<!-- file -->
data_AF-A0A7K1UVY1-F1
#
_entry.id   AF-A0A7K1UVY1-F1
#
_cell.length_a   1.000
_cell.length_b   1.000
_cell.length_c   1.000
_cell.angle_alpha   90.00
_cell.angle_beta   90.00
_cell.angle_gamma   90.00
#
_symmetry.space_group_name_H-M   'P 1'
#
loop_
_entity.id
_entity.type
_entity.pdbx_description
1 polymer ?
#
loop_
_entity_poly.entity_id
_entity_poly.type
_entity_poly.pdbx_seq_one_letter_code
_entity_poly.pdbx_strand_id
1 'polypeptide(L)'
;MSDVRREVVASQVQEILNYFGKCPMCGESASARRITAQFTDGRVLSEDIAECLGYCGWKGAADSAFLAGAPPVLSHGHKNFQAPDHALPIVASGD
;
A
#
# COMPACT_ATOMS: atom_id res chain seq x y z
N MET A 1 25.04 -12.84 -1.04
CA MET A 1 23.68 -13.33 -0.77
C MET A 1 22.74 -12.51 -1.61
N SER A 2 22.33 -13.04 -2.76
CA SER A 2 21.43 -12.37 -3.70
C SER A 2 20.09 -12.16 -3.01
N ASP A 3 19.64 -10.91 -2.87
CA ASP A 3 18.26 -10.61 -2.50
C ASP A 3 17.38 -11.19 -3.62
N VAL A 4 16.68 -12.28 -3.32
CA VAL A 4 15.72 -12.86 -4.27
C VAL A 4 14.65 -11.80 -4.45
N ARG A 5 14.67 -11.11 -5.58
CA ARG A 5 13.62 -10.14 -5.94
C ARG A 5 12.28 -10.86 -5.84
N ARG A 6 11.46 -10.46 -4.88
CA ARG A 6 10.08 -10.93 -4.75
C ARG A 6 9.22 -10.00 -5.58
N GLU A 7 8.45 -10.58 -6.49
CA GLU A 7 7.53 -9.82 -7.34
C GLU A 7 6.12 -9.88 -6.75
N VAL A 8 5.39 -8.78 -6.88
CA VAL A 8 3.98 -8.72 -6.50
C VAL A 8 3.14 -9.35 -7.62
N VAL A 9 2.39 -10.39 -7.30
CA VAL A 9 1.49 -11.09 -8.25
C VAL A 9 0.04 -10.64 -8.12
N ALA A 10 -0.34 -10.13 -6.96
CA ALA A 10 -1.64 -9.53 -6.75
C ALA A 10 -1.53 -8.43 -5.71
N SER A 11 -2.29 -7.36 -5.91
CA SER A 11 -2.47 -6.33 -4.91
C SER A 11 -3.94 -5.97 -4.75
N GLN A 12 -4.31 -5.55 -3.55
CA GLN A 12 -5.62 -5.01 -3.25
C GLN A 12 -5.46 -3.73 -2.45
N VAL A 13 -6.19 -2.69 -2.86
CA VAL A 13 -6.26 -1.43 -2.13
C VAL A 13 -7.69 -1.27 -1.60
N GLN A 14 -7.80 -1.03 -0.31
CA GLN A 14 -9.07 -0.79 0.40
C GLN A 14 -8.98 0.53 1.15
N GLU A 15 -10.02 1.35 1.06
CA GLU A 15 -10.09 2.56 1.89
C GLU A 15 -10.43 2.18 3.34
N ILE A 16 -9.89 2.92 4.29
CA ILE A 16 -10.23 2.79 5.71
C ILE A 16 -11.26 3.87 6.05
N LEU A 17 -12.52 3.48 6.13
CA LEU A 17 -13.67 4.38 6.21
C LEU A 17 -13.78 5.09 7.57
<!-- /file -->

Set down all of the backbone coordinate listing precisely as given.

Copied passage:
data_AF-A0A7K1UVY1-F1
#
_entry.id   AF-A0A7K1UVY1-F1
#
_cell.length_a   1.000
_cell.length_b   1.000
_cell.length_c   1.000
_cell.angle_alpha   90.00
_cell.angle_beta   90.00
_cell.angle_gamma   90.00
#
_symmetry.space_group_name_H-M   'P 1'
#
loop_
_entity.id
_entity.type
_entity.pdbx_description
1 polymer ?
#
loop_
_entity_poly.entity_id
_entity_poly.type
_entity_poly.pdbx_seq_one_letter_code
_entity_poly.pdbx_strand_id
1 'polypeptide(L)'
;MSDVRREVVASQVQEILNYFGKCPMCGESASARRITAQFTDGRVLSEDIAECLGYCGWKGAADSAFLAGAPPVLSHGHKNFQAPDHALPIVASGD
;
A
#
# COMPACT_ATOMS: atom_id res chain seq x y z
N MET A 1 25.04 -12.84 -1.04
CA MET A 1 23.68 -13.33 -0.77
C MET A 1 22.74 -12.51 -1.61
N SER A 2 22.33 -13.04 -2.76
CA SER A 2 21.43 -12.37 -3.70
C SER A 2 20.09 -12.16 -3.01
N ASP A 3 19.64 -10.91 -2.87
CA ASP A 3 18.26 -10.61 -2.50
C ASP A 3 17.38 -11.19 -3.62
N VAL A 4 16.68 -12.28 -3.32
CA VAL A 4 15.72 -12.86 -4.27
C VAL A 4 14.65 -11.80 -4.45
N ARG A 5 14.67 -11.11 -5.58
CA ARG A 5 13.62 -10.14 -5.94
C ARG A 5 12.28 -10.86 -5.84
N ARG A 6 11.46 -10.46 -4.88
CA ARG A 6 10.08 -10.93 -4.75
C ARG A 6 9.22 -10.00 -5.58
N GLU A 7 8.45 -10.58 -6.49
CA GLU A 7 7.53 -9.82 -7.34
C GLU A 7 6.12 -9.88 -6.75
N VAL A 8 5.39 -8.78 -6.88
CA VAL A 8 3.98 -8.72 -6.50
C VAL A 8 3.14 -9.35 -7.62
N VAL A 9 2.39 -10.39 -7.30
CA VAL A 9 1.49 -11.09 -8.25
C VAL A 9 0.04 -10.64 -8.12
N ALA A 10 -0.34 -10.13 -6.96
CA ALA A 10 -1.64 -9.53 -6.75
C ALA A 10 -1.53 -8.43 -5.71
N SER A 11 -2.29 -7.36 -5.91
CA SER A 11 -2.47 -6.33 -4.91
C SER A 11 -3.94 -5.97 -4.75
N GLN A 12 -4.31 -5.55 -3.55
CA GLN A 12 -5.62 -5.01 -3.25
C GLN A 12 -5.46 -3.73 -2.45
N VAL A 13 -6.19 -2.69 -2.86
CA VAL A 13 -6.26 -1.43 -2.13
C VAL A 13 -7.69 -1.27 -1.60
N GLN A 14 -7.80 -1.03 -0.31
CA GLN A 14 -9.07 -0.79 0.40
C GLN A 14 -8.98 0.53 1.15
N GLU A 15 -10.02 1.35 1.06
CA GLU A 15 -10.09 2.56 1.89
C GLU A 15 -10.43 2.18 3.34
N ILE A 16 -9.89 2.92 4.29
CA ILE A 16 -10.23 2.79 5.71
C ILE A 16 -11.26 3.87 6.05
N LEU A 17 -12.52 3.48 6.13
CA LEU A 17 -13.67 4.38 6.21
C LEU A 17 -13.78 5.09 7.57